Over the past week, Jair Bolsonaro’s popularity has been shaken in two regions considered to be the president’s electoral strongholds.
In the South, the share of the population that considers the former captain’s government bad or terrible has grown. In the Midwest, this segment practically doubled.
Qualitative surveys point to the escalation in the price of gasoline as the cause of the change in mood in the pockets of pockets. Yesterday, the National Petroleum Agency released a survey showing that the average price of fuel rose at stations for the sixth consecutive week. In some cities, the liter of gasoline is already over 7 reais.
The South and Midwest, together with the North, are the regions in which Bolsonaro tends to be better rated in surveys.
The South, the country’s third electoral college, went through the two and a half years of government as the region most loyal to the former captain. In the Midwest, with intense agricultural activity, the rise in commodities had been giving Bolsonaro popularity ratings above the average. Now, high inflation threatens to erode this electoral heritage.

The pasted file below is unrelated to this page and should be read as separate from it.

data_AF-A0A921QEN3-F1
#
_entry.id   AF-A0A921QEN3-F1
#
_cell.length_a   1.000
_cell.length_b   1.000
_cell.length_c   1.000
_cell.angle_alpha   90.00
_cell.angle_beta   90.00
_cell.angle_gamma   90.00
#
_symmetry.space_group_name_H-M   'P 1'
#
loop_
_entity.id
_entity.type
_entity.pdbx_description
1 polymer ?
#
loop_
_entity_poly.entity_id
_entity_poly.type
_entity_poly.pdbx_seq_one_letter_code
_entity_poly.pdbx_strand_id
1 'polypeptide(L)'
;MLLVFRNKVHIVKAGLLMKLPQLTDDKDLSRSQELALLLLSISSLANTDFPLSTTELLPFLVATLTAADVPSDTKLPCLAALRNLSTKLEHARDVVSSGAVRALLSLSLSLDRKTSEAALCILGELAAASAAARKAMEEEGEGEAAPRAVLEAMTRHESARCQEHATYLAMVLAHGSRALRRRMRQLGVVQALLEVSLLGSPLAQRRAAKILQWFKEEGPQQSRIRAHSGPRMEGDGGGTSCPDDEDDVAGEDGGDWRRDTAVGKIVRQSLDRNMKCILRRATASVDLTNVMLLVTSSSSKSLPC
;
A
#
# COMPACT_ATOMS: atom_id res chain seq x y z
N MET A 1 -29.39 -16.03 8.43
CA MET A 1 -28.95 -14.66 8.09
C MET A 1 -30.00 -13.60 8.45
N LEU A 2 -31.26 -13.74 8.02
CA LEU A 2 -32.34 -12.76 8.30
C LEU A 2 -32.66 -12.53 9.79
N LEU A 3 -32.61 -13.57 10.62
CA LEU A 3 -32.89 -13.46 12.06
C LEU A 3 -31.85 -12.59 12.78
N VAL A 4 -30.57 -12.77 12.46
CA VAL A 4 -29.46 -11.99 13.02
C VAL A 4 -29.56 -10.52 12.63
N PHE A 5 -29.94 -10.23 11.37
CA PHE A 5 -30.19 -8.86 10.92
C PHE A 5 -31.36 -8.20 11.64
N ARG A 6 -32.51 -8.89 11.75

For the researcher Mauricio Moura, CEO of Instituto Ideia, until the end of the year, the prospects of the president in a scenario of political instability and high inflation are of a “stagnate population with a slow worsening”.
The only segment in which Bolsonaro still has a chance to grow is that formed by the D and E classes that today consider their government to be regular and can benefit if the government finds resources to increase the value of Bolsa Família and create the Auxílio Brasil — resources that, not by chance, they have been ironically called by the president’s allies the “election budget.”